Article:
Every night after shooting, my seven years of assistant editing experience would insist I back up footage immediately. Footage was backed up to two separate exteral drives. After verifying backups, cards were cleared and returned to my bag for a new day of shooting. One external drive traveled in my camera bag while the other was placed in my backpack. This protected the footage against one of the bags getting stolen.

Footage organization was paramount. I had no intention of editing while traveling; editing a final video would be done once home. Because of this, it was important to provide brief descriptions of what footage was on which footage cards.


Remember when I said I shot about 150 minutes of footage. After months of not seeing the footage while spending months conceptualizing what the video might become, I booted up the drives to discover just how much footage I had shot. Again, my experiences in reality television post kicked in and I began the process of watching down, marking, and organizing the footage.

For every unique location or event, I created a stringout of that footage. Using detailed markers, I then trimmed those sequences down to just the best of the footage from those events. As I edited, I'd pull up these trimmed sequences to select shots, cut in selects, and review footage again.

Throughout the edit, I began to see the video was lacking a visual element that could tie all the meals and food vendors together. While watching the footage, I discovered footage of a plywood board spray painted with the daily menu of the cafeteria. I had shot this board from every angle.

I got the idea to recreate the board, or at least show the creation of the board. This new footage would provide me with some very visual close ups and help me create a design for the lower thirds shown throughout the piece. I set out to spray paint a plywood board with stencils using the colors of the Bolivian flag.

The lower thirds and the texture behind them were created in Photoshop CC. The stencil font was found here after searching and testing multiple similar fonts. The texture was pulled from the footage of the painted plywood board.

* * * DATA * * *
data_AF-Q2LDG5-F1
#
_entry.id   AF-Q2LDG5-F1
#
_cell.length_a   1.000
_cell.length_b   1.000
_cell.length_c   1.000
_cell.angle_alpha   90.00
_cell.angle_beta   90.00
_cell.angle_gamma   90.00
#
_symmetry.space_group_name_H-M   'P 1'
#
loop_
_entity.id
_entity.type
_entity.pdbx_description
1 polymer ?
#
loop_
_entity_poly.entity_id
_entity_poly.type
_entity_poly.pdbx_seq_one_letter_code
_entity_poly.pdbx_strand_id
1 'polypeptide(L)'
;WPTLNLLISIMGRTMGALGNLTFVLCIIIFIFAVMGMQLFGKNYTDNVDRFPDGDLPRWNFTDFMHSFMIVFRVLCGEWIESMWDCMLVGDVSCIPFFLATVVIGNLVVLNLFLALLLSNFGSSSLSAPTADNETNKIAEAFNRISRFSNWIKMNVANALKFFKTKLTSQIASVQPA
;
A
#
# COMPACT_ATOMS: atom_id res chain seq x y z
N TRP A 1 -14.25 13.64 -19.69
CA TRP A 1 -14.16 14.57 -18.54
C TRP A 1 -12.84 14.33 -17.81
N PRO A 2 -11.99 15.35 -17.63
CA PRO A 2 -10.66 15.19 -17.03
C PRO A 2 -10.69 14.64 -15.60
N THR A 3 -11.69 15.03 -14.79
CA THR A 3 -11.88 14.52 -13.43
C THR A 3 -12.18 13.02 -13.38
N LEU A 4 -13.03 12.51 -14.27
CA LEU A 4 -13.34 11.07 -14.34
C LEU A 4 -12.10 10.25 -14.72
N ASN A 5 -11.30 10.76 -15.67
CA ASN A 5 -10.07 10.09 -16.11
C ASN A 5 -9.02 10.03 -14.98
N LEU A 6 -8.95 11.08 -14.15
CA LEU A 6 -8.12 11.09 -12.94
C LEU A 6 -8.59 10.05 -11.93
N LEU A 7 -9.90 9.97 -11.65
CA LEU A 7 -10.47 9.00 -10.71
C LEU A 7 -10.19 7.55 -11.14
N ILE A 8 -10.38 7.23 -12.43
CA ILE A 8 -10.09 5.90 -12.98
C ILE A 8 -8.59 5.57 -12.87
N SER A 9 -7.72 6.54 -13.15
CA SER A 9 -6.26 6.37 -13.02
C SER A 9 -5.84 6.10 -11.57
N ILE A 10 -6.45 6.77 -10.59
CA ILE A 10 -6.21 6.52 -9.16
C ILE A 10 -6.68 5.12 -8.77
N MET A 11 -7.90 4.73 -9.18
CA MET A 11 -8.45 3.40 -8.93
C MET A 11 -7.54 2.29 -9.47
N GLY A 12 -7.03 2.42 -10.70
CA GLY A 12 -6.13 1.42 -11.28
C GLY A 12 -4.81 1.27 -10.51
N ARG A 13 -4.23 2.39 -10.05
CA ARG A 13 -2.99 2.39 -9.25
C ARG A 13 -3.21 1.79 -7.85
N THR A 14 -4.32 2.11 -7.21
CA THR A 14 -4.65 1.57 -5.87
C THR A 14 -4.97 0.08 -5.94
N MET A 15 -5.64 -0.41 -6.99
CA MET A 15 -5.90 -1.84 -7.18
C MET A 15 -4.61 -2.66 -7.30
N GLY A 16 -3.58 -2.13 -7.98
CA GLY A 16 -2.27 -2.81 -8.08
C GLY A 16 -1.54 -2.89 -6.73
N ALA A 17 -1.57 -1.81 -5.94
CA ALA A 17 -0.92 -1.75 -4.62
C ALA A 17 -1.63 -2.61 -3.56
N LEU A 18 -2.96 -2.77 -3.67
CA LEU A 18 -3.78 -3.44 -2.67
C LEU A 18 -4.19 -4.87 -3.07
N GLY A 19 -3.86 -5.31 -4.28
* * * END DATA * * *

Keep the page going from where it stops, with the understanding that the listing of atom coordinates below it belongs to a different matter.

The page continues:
All editing was handled using Adobe Premiere CC. With a final edit complete, color grading was seemlessly rendered in Adobe Speedgrade using Adobe's Dynamic Link protocol. Moving back and forth between the edit in Premiere and the correction in Speedgrade was easy.


The final video was published to YouTube, where I intend to continue publishing all my future content. Because of it's integration with Google, YouTube guarentees a larger audience through search. In the end, my video is not about me but about helping other travelers discover the beauty of Sucre and the amazing food cooked by its people. I hope my videos help with an aspiring traveler's planning just as so many other YouTube videos helped me leading up to my departure.


In the end, my biggest takeaway was my renewed interest in production. After eight years of not making any videos and remaining entrenched in post-production, I feel this project gave me the confidence to once again work behind the camera.

My time in post-production has brought some necessary lessons to bear on my shooting style, and a rigor to my media management while shooting. I see some flaws in the actual video shot, but these "mistakes" will only help improve my skills and be reflected in the videos to come as I continue to improve and grow as a filmmaker.